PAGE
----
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News Article

Deepwater Safety Standards

Wed, 01/25/2012 - 14:51

The Macondo incident had a large impact on the global view of deepwater safety standards, according to Javier Estrada Estrada, Commissioner at the National Hydrocarbons Comission (CNH). “It developed and evolved in such a way that even the US, a country experienced in regulating deepwater activity and home to the world’s most experienced deepwater operators, were taken by surprise. The disaster gave the impression that investors were willing to go far beyond what current technology was able to safely deliver, and engage in activities far beyond what regulations were able to safeguard,” Estrada Estrada says “The debate following Deepwater Horizon went as far as to question whether regulators in the US had missed the point. Regardless of whether they were doing their job correctly or not, public perception was that the regulators were not ensuring the safety of deepwater operations.”

As a result, regulators all over the world took a fresh look at their deepwater regulations for the oil and gas industry. The CNH had only been in existence for two years at the time of the Macondo blowout, and one of its first major activities was to investigate Mexico’s safety regulations for deepwater exploration and production, an area that Pemex was just beginning to develop in 2010. Until the creation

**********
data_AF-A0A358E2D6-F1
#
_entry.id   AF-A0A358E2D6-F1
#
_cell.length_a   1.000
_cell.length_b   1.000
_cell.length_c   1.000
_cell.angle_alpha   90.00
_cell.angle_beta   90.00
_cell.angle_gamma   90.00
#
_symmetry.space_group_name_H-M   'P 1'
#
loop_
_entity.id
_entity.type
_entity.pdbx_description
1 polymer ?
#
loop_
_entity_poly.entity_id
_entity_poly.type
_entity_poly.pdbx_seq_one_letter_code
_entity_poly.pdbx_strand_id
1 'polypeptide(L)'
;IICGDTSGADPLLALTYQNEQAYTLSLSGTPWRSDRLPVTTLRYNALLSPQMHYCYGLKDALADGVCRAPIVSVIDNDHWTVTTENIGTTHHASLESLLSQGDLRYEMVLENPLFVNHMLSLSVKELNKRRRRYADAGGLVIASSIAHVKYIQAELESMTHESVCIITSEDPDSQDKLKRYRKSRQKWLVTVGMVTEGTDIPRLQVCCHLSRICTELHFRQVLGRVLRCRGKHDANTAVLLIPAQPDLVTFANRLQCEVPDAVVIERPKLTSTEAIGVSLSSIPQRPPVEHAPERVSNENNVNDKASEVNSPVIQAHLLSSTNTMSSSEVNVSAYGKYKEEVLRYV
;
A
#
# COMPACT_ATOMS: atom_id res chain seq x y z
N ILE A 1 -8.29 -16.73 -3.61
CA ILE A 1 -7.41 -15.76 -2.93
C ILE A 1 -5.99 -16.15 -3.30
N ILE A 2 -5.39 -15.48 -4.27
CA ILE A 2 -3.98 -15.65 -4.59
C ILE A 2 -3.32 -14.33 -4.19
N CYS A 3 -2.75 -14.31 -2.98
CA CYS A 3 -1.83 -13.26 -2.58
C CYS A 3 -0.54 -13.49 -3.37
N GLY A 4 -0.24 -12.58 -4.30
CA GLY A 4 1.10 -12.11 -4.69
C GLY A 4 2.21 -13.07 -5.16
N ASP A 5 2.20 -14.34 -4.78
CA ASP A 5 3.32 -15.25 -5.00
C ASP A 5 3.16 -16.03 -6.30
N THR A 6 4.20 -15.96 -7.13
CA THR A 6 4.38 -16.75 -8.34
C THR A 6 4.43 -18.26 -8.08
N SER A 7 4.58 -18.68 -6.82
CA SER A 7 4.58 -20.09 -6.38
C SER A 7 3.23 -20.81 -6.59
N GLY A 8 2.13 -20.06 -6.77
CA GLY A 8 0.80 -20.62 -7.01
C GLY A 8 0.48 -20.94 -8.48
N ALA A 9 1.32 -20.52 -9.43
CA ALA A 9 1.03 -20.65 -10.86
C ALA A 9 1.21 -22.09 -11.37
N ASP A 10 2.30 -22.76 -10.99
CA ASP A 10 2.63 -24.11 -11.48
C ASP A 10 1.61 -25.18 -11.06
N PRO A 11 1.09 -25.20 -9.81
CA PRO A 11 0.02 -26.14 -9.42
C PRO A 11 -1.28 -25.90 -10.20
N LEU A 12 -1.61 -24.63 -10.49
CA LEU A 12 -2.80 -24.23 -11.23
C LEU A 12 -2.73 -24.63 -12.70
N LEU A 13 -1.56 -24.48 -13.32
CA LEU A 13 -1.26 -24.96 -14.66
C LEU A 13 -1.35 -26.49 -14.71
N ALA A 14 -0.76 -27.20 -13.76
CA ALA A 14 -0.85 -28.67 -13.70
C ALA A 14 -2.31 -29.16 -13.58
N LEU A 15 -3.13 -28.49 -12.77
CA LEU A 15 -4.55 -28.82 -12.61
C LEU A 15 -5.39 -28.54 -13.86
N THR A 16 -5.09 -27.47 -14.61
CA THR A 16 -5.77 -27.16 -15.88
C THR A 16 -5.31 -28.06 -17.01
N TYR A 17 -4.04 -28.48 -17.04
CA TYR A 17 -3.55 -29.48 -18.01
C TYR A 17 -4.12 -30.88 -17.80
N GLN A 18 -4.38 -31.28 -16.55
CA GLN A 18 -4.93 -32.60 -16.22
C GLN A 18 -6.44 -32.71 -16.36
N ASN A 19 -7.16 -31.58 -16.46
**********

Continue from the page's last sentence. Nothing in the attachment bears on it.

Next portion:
of the CNH, Pemex had essentially been self-regulated, so there were many questions regarding how far the CNH should go in terms of starting to regulate the Mexican NOC. Estrada Estrada recalls that after the government took the decision that the CNH would regulate Pemex in matters of safety and risk management, the reaction from the NOC was that it was already doing a good job of regulating itself. “Pemex told us it was operating safely by using the principles laid down by the US Minerals Management Service (MMS),” Estrada Estrada says “However, no matter how closely they were following these principles, the fact of the matter was that at the end of the day, Pemex was still regulating itself. We needed to step in at this point, even if it was only to maintain existing high safety standards at the NOC, but to step away from self-regulation in order to ensure the safety of Pemex personnel and equipment.” Since that time, the CNH has worked to develop safety regulations for deepwater operations in Mexico, based on existing norms in the industry, and on current international developments following the Macondo blowout. By planning contingencies for the worst-case scenario, Estrada Estrada believes that the deepwater industry will be safe and well- regulated as it develops in the years to come.